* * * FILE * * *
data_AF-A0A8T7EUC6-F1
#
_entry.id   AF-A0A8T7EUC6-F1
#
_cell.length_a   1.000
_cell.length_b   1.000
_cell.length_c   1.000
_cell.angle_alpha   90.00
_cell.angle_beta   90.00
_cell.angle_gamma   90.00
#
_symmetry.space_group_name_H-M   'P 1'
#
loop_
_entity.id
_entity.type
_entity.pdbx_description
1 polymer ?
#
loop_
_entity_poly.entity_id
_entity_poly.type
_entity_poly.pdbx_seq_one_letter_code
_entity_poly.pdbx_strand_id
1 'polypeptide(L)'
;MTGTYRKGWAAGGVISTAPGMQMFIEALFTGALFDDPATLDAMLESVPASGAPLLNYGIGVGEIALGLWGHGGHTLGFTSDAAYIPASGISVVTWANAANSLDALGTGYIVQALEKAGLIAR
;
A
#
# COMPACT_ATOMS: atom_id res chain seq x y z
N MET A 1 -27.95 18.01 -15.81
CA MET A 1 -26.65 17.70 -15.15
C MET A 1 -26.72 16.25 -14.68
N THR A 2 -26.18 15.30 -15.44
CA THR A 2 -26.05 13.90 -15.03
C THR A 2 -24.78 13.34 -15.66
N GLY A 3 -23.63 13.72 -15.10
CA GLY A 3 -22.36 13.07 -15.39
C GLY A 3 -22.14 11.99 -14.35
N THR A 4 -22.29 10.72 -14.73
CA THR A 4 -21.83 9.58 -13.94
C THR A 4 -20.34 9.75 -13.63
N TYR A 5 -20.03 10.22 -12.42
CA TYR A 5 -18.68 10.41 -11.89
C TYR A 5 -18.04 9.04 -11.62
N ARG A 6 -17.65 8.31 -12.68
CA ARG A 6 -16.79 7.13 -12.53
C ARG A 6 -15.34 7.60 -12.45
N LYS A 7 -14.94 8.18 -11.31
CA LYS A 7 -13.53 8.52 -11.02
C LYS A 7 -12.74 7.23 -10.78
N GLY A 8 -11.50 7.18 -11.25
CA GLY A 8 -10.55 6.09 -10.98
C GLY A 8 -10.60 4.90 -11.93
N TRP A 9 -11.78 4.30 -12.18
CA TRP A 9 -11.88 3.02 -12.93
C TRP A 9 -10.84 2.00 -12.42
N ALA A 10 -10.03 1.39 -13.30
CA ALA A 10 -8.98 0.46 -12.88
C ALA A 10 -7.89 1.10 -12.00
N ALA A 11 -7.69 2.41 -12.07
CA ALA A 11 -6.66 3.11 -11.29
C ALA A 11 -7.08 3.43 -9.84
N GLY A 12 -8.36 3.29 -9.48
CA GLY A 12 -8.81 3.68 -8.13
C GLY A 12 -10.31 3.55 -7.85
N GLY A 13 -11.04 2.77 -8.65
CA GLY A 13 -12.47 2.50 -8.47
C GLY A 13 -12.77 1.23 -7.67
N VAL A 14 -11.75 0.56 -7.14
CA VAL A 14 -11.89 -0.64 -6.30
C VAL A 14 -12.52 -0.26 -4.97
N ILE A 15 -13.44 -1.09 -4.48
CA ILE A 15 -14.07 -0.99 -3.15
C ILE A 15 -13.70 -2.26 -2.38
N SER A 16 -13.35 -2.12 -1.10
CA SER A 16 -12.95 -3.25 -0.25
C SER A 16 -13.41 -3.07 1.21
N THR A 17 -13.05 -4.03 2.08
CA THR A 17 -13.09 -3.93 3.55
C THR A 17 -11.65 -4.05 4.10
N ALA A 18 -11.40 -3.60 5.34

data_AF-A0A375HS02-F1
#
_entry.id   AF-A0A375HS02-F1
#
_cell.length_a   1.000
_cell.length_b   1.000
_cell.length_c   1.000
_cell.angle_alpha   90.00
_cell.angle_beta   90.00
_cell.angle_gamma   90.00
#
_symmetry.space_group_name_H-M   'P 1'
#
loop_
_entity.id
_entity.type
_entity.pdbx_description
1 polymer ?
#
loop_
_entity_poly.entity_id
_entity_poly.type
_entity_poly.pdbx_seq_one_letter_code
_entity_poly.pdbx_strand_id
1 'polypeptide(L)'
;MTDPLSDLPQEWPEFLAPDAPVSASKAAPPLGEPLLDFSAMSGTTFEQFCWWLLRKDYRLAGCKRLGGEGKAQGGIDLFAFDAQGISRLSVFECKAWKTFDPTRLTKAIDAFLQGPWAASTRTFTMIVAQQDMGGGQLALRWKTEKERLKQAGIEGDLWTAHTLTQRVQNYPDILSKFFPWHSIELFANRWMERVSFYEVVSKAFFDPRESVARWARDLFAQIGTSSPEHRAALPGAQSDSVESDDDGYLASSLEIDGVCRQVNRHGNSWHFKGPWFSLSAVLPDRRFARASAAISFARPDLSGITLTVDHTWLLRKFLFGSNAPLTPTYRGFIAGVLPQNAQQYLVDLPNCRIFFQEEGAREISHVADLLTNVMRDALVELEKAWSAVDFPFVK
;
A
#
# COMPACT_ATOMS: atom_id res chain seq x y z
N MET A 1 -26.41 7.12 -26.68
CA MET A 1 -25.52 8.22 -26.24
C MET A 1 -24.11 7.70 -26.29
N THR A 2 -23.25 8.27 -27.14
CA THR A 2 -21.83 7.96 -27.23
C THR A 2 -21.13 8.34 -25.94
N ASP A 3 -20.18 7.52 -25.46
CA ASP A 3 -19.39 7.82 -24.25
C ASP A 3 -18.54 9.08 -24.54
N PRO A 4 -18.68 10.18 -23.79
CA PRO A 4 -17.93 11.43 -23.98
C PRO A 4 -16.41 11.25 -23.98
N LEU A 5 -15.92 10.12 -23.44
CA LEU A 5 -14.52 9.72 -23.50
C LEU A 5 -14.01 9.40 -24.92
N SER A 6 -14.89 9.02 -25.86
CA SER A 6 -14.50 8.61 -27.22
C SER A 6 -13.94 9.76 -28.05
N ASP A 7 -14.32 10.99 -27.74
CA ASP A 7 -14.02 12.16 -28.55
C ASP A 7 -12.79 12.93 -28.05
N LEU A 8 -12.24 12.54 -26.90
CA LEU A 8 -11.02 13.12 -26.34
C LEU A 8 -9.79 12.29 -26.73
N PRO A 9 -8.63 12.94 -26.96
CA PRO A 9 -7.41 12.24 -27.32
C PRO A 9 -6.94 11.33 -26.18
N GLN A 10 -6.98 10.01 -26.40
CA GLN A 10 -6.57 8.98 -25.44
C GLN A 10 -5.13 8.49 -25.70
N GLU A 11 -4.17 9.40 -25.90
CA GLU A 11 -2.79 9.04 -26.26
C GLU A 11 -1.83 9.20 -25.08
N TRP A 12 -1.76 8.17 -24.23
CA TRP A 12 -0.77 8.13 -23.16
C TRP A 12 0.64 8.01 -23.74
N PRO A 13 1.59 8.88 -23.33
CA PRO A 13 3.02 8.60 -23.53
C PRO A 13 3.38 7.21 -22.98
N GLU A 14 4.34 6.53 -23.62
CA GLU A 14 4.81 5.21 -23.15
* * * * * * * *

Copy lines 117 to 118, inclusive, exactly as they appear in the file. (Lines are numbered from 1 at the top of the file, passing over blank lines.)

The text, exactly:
CA THR A 2 -21.83 7.96 -27.23
C THR A 2 -21.13 8.34 -25.94